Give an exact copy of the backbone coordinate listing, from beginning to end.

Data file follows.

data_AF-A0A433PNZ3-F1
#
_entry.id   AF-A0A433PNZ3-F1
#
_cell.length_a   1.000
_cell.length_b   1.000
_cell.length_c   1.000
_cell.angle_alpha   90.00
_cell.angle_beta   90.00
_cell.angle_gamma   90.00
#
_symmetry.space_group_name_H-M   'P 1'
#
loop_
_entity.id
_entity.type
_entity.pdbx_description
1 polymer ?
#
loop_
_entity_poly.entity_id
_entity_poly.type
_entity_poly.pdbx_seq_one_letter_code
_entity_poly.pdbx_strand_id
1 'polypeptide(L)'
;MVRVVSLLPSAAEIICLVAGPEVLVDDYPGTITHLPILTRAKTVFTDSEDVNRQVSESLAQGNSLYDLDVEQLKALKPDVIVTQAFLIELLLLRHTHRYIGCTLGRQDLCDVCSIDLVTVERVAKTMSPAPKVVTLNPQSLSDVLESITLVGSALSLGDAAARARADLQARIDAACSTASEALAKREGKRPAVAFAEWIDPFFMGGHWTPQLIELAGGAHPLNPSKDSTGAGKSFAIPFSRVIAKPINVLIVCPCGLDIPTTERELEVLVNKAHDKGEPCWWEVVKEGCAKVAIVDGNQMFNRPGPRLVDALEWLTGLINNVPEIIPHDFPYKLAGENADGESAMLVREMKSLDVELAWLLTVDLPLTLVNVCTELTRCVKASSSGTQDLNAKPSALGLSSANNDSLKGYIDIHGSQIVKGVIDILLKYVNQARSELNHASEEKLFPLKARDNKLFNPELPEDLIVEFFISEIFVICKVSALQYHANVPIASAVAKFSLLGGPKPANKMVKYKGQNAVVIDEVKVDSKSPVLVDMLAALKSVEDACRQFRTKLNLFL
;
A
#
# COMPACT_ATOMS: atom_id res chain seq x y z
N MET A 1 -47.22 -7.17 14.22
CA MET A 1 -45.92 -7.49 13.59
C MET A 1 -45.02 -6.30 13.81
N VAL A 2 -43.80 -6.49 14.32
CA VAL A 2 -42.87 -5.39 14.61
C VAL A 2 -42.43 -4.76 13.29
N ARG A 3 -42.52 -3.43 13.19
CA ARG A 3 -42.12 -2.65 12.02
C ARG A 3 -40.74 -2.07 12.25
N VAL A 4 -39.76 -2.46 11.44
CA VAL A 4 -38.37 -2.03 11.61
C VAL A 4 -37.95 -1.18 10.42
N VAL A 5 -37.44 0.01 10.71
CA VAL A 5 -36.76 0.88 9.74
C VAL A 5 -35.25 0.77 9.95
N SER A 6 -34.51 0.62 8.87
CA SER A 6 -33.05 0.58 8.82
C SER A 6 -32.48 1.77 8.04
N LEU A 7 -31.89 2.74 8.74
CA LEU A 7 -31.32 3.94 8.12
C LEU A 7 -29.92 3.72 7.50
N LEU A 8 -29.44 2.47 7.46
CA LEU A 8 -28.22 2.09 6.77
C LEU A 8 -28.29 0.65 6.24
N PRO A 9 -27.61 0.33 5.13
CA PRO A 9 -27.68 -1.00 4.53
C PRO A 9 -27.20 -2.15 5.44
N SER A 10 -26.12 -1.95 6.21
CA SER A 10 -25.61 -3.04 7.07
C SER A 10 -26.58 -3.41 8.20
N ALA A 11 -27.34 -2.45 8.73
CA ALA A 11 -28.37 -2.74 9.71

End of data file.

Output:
data_AF-A0A433PNZ3-F1
#
_entry.id   AF-A0A433PNZ3-F1
#
_cell.length_a   1.000
_cell.length_b   1.000
_cell.length_c   1.000
_cell.angle_alpha   90.00
_cell.angle_beta   90.00
_cell.angle_gamma   90.00
#
_symmetry.space_group_name_H-M   'P 1'
#
loop_
_entity.id
_entity.type
_entity.pdbx_description
1 polymer ?
#
loop_
_entity_poly.entity_id
_entity_poly.type
_entity_poly.pdbx_seq_one_letter_code
_entity_poly.pdbx_strand_id
1 'polypeptide(L)'
;MVRVVSLLPSAAEIICLVAGPEVLVDDYPGTITHLPILTRAKTVFTDSEDVNRQVSESLAQGNSLYDLDVEQLKALKPDVIVTQAFLIELLLLRHTHRYIGCTLGRQDLCDVCSIDLVTVERVAKTMSPAPKVVTLNPQSLSDVLESITLVGSALSLGDAAARARADLQARIDAACSTASEALAKREGKRPAVAFAEWIDPFFMGGHWTPQLIELAGGAHPLNPSKDSTGAGKSFAIPFSRVIAKPINVLIVCPCGLDIPTTERELEVLVNKAHDKGEPCWWEVVKEGCAKVAIVDGNQMFNRPGPRLVDALEWLTGLINNVPEIIPHDFPYKLAGENADGESAMLVREMKSLDVELAWLLTVDLPLTLVNVCTELTRCVKASSSGTQDLNAKPSALGLSSANNDSLKGYIDIHGSQIVKGVIDILLKYVNQARSELNHASEEKLFPLKARDNKLFNPELPEDLIVEFFISEIFVICKVSALQYHANVPIASAVAKFSLLGGPKPANKMVKYKGQNAVVIDEVKVDSKSPVLVDMLAALKSVEDACRQFRTKLNLFL
;
A
#
# COMPACT_ATOMS: atom_id res chain seq x y z
N MET A 1 -47.22 -7.17 14.22
CA MET A 1 -45.92 -7.49 13.59
C MET A 1 -45.02 -6.30 13.81
N VAL A 2 -43.80 -6.49 14.32
CA VAL A 2 -42.87 -5.39 14.61
C VAL A 2 -42.43 -4.76 13.29
N ARG A 3 -42.52 -3.43 13.19
CA ARG A 3 -42.12 -2.65 12.02
C ARG A 3 -40.74 -2.07 12.25
N VAL A 4 -39.76 -2.46 11.44
CA VAL A 4 -38.37 -2.03 11.61
C VAL A 4 -37.95 -1.18 10.42
N VAL A 5 -37.44 0.01 10.71
CA VAL A 5 -36.76 0.88 9.74
C VAL A 5 -35.25 0.77 9.95
N SER A 6 -34.51 0.62 8.87
CA SER A 6 -33.05 0.58 8.82
C SER A 6 -32.48 1.77 8.04
N LEU A 7 -31.89 2.74 8.74
CA LEU A 7 -31.32 3.94 8.12
C LEU A 7 -29.92 3.72 7.50
N LEU A 8 -29.44 2.47 7.46
CA LEU A 8 -28.22 2.09 6.77
C LEU A 8 -28.29 0.65 6.24
N PRO A 9 -27.61 0.33 5.13
CA PRO A 9 -27.68 -1.00 4.53
C PRO A 9 -27.20 -2.15 5.44
N SER A 10 -26.12 -1.95 6.21
CA SER A 10 -25.61 -3.04 7.07
C SER A 10 -26.58 -3.41 8.20
N ALA A 11 -27.34 -2.45 8.73
CA ALA A 11 -28.37 -2.74 9.71